Cambridge Analytica Employee: 'Sex Compass' App Harvested User Data

A former Cambridge Analytica employee claimed the firm harvested data of more than 87 million people from Facebook through online surveys.


Cambridge Analytica, the U.K. based data firm has been at the heart of the privacy breach that has wiped billions off the value of Facebook. Earlier, it was claimed nearly 87 million people may have had their data harvested.

However, according to a former Cambridge Analytica employee, the number of users who may have had their Facebook data compromised by the notorious firm could be much higher than previously anticipated.

Brittany Kaiser, who said she worked for the company for almost three years before leaving in January, testified before the United Kingdom's Digital, Culture, Media and Sport Committee in London as part of its investigation into disinformation and fake news.

Speaking before the committee, Kaiser said “Thisisyourdigital life" wasn’t the only app Cambridge Analytica Chief Alexander Kogan created to surreptitiously access millions of Facebook profiles.

In fact, the data firm along with its partners reportedly used wide range of surveys to collect information on Facebook users — including a "sex compass" app that asked people about their "personal preferences."

Kaiser provided written evidence to the British Parliament as part of a hearing on fake news.

She wrote in a statement:

“The Kogan/GSR datasets and questionnaires were not the only Facebook-connected questionnaires and datasets which Cambridge Analytica used. I am aware in a general sense of a wide range of surveys which were done by CA or its partners, usually with a Facebook login – for example, the ‘sex compass’ quiz.

“I do not know the specifics of these surveys or how the data was acquired or processed. But I believe it is almost certain that the number of Facebook users whose data was compromised through routes similar to that used by Kogan is much greater than 87 million; and that both Cambridge Analytica and other unconnected companies and campaigns were involved in these activities.”

In her oral statement, the former employee said:

“When I first joined the company, our creative and psychology teams, and data science teams, would work together to design some of these questionnaires.

“In my pitches I used to give examples, even to clients, that if you go on Facebook and you see these viral personality quizzes that not all of them would be designed by Cambridge Analytica, SCL group or our affiliates, but these applications were designed specifically to harvest data from individuals using Facebook as the tool.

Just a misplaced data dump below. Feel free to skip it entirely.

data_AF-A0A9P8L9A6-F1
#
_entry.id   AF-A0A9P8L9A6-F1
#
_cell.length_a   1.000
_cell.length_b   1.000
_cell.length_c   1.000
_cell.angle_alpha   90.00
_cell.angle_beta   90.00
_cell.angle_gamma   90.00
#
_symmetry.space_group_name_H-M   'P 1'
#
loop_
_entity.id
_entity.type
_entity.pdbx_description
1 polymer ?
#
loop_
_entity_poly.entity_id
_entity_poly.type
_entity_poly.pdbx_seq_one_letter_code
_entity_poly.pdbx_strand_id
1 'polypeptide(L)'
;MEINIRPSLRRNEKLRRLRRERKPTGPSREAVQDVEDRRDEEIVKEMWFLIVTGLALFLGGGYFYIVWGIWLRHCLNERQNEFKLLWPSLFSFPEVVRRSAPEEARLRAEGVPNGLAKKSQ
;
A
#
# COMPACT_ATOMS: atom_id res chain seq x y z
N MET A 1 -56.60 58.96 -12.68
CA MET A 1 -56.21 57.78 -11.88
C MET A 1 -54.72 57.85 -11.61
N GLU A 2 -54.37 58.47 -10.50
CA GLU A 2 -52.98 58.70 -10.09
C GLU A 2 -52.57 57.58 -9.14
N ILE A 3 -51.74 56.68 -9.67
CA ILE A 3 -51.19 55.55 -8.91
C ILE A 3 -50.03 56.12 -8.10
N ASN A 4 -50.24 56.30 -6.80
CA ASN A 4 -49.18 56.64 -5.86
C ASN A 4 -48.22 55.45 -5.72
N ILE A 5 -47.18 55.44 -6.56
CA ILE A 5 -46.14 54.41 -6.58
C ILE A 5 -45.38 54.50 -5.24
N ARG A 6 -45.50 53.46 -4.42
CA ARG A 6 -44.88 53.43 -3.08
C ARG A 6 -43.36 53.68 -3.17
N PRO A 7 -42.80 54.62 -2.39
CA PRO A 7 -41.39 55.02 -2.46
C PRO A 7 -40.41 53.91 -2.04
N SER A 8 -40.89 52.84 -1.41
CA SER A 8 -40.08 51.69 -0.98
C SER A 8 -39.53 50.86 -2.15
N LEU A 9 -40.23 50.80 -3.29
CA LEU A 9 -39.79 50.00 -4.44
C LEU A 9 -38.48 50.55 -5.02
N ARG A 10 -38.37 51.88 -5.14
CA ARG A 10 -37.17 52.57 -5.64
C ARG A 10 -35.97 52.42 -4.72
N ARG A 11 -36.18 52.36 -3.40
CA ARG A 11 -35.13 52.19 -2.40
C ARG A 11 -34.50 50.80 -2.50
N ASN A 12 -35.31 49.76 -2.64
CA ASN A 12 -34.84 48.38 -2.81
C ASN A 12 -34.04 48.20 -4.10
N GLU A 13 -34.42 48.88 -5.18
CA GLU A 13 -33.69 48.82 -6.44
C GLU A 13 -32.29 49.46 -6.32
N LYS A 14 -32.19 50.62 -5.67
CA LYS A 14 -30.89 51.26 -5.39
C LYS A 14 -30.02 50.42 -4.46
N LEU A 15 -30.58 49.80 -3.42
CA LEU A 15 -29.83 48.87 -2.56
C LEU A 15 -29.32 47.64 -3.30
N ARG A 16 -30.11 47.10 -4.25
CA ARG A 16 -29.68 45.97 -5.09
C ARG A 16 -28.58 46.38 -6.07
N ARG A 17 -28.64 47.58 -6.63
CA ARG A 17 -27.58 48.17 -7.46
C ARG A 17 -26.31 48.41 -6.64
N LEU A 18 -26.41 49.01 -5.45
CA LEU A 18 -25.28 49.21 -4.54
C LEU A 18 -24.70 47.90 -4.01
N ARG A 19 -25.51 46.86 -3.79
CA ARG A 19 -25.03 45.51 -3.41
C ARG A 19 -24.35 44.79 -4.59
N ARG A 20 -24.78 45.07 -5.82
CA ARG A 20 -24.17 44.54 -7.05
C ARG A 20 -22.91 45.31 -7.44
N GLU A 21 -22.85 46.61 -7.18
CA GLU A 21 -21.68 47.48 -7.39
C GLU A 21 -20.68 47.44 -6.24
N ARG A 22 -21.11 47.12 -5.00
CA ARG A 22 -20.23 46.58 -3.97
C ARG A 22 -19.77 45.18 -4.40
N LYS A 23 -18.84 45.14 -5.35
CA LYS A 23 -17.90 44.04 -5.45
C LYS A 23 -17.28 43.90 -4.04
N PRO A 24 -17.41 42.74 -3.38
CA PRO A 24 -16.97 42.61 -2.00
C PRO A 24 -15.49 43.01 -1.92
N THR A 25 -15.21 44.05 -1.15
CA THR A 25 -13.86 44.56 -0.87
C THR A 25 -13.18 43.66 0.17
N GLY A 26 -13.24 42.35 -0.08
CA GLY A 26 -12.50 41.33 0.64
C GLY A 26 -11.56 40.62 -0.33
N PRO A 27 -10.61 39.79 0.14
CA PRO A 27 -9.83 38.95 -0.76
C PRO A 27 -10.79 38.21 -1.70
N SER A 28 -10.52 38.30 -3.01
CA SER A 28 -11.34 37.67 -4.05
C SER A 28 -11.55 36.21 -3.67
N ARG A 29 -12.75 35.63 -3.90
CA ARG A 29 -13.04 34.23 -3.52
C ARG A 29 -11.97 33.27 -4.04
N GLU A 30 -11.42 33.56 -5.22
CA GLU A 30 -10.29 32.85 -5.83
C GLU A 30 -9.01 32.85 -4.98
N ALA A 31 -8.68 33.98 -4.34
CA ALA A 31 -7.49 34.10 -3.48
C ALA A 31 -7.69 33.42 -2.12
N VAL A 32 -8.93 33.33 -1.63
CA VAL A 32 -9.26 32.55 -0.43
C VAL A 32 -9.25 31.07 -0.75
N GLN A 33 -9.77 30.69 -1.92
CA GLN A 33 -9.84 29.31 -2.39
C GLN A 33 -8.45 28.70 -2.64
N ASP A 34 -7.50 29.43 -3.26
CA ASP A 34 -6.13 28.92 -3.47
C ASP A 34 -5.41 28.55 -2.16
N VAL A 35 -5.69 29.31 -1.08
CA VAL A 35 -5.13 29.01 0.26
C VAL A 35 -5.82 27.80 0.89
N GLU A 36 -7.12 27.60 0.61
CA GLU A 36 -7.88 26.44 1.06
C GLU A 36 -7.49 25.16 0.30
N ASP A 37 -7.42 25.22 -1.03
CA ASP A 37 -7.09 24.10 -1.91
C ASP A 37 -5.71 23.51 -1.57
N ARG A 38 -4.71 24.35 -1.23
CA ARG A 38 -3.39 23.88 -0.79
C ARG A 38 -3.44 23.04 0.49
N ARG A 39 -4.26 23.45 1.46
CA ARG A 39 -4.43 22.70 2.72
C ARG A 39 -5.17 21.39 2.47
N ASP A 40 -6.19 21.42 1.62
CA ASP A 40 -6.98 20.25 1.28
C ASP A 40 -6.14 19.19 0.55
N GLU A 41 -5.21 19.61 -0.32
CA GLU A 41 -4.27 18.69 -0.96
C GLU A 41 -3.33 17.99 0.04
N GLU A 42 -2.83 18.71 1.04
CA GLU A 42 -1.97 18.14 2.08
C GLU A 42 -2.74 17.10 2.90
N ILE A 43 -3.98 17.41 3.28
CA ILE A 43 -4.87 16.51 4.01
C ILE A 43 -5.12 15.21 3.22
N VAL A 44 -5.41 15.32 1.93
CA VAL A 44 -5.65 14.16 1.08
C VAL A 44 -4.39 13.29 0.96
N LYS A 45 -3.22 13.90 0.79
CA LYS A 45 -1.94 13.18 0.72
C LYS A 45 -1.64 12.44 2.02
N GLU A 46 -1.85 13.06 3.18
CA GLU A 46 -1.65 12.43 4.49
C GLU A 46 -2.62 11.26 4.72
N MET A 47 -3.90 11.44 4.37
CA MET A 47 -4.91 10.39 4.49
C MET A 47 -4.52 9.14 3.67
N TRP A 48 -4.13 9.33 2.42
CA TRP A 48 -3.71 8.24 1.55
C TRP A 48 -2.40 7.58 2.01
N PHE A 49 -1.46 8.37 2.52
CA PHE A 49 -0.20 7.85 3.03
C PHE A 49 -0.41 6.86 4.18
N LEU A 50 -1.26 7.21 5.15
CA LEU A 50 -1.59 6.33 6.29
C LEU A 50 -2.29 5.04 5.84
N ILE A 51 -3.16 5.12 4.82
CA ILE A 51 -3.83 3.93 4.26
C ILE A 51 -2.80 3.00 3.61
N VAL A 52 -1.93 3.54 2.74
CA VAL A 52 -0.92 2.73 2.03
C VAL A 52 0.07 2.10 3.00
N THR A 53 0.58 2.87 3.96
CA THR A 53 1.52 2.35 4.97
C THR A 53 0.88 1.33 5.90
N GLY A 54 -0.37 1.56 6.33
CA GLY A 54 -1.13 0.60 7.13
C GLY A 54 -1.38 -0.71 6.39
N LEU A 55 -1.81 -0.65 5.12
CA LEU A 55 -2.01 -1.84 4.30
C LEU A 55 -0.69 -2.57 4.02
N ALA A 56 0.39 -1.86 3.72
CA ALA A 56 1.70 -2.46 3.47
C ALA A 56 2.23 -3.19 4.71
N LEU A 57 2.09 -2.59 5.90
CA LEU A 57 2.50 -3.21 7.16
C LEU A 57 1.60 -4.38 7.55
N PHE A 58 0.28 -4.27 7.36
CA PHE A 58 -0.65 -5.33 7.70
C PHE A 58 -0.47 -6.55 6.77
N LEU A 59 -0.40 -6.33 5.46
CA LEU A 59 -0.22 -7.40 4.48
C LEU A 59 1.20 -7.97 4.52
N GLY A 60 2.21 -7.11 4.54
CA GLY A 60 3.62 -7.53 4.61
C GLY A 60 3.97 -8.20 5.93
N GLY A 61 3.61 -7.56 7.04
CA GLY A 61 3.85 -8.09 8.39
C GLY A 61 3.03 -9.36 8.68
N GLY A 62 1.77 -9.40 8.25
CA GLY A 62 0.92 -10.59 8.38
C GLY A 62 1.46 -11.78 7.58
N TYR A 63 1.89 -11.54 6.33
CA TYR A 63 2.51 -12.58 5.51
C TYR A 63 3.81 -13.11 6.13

“So I know, at least of those two examples, the music version and the sex compass, which were both quizzes that were separate from Aleksandr Kogan’s quiz. Therefore it can be inferred or implied that there were many additional individuals as opposed to just the ones through Aleksandr Kogan’s test whose may have been compromised.”

However, considering privacy changes were not made on Facebook until 2015, Cambridge Analytica is far from the only firm that reportedly gained access to vast amounts of users’ personal information. Until 2014, Facebook's developer platform allowed third parties — usually a developer who made a game, or a personality quiz, or some other app used on the social media— to take almost any data they wanted from a user who authorized their app.

That is why Kaiser also blamed Facebook, as its policies resulted in the company’s failure to protect users’ data.

As always, the social media giant gave empty assurances of taking corrective measures:

“We are currently investigating all apps that had access to large amounts of information before we changed our platform to dramatically reduce data access in 2014. We will conduct a full audit of any app with suspicious activity. And if we find developers that misused personally identifiable information, we will ban them and tell everyone affected.”

Banner Image Credits: REUTERS

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